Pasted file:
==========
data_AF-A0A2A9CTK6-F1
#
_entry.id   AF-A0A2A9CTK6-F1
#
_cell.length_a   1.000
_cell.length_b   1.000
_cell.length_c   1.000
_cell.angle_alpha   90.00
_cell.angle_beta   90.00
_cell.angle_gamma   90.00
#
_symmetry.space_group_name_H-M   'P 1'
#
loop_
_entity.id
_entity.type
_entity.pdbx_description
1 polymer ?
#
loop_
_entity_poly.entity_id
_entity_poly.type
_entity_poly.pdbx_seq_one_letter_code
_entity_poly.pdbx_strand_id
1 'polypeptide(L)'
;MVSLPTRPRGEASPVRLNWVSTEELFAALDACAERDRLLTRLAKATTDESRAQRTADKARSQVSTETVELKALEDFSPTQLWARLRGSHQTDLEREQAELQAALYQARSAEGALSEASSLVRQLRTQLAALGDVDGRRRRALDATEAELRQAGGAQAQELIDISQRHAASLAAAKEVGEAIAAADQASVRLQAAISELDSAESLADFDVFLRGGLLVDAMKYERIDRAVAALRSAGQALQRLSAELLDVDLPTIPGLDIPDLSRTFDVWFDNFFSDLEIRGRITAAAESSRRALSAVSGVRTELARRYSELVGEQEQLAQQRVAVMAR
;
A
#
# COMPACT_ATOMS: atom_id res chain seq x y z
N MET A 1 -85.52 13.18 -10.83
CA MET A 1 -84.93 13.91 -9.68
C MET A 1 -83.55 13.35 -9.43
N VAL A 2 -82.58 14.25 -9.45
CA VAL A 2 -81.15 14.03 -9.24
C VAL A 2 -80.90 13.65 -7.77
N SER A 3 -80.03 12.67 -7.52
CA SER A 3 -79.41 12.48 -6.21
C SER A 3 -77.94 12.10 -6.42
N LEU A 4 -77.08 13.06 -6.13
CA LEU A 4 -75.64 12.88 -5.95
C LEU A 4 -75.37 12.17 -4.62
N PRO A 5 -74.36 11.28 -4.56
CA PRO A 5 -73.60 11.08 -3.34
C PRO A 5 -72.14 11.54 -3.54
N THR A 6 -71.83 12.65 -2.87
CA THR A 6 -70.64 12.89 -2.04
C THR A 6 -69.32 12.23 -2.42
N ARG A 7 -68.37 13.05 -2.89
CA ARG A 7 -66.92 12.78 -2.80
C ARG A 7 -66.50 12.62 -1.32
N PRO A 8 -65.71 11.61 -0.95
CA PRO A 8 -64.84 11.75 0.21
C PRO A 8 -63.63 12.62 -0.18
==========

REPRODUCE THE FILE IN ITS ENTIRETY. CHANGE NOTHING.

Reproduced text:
data_AF-A0A2A9CTK6-F1
#
_entry.id   AF-A0A2A9CTK6-F1
#
_cell.length_a   1.000
_cell.length_b   1.000
_cell.length_c   1.000
_cell.angle_alpha   90.00
_cell.angle_beta   90.00
_cell.angle_gamma   90.00
#
_symmetry.space_group_name_H-M   'P 1'
#
loop_
_entity.id
_entity.type
_entity.pdbx_description
1 polymer ?
#
loop_
_entity_poly.entity_id
_entity_poly.type
_entity_poly.pdbx_seq_one_letter_code
_entity_poly.pdbx_strand_id
1 'polypeptide(L)'
;MVSLPTRPRGEASPVRLNWVSTEELFAALDACAERDRLLTRLAKATTDESRAQRTADKARSQVSTETVELKALEDFSPTQLWARLRGSHQTDLEREQAELQAALYQARSAEGALSEASSLVRQLRTQLAALGDVDGRRRRALDATEAELRQAGGAQAQELIDISQRHAASLAAAKEVGEAIAAADQASVRLQAAISELDSAESLADFDVFLRGGLLVDAMKYERIDRAVAALRSAGQALQRLSAELLDVDLPTIPGLDIPDLSRTFDVWFDNFFSDLEIRGRITAAAESSRRALSAVSGVRTELARRYSELVGEQEQLAQQRVAVMAR
;
A
#
# COMPACT_ATOMS: atom_id res chain seq x y z
N MET A 1 -85.52 13.18 -10.83
CA MET A 1 -84.93 13.91 -9.68
C MET A 1 -83.55 13.35 -9.43
N VAL A 2 -82.58 14.25 -9.45
CA VAL A 2 -81.15 14.03 -9.24
C VAL A 2 -80.90 13.65 -7.77
N SER A 3 -80.03 12.67 -7.52
CA SER A 3 -79.41 12.48 -6.21
C SER A 3 -77.94 12.10 -6.42
N LEU A 4 -77.08 13.06 -6.13
CA LEU A 4 -75.64 12.88 -5.95
C LEU A 4 -75.37 12.17 -4.62
N PRO A 5 -74.36 11.28 -4.56
CA PRO A 5 -73.60 11.08 -3.34
C PRO A 5 -72.14 11.54 -3.54
N THR A 6 -71.83 12.65 -2.87
CA THR A 6 -70.64 12.89 -2.04
C THR A 6 -69.32 12.23 -2.42
N ARG A 7 -68.37 13.05 -2.89
CA ARG A 7 -66.92 12.78 -2.80
C ARG A 7 -66.50 12.62 -1.32
N PRO A 8 -65.71 11.61 -0.95
CA PRO A 8 -64.84 11.75 0.21
C PRO A 8 -63.63 12.62 -0.18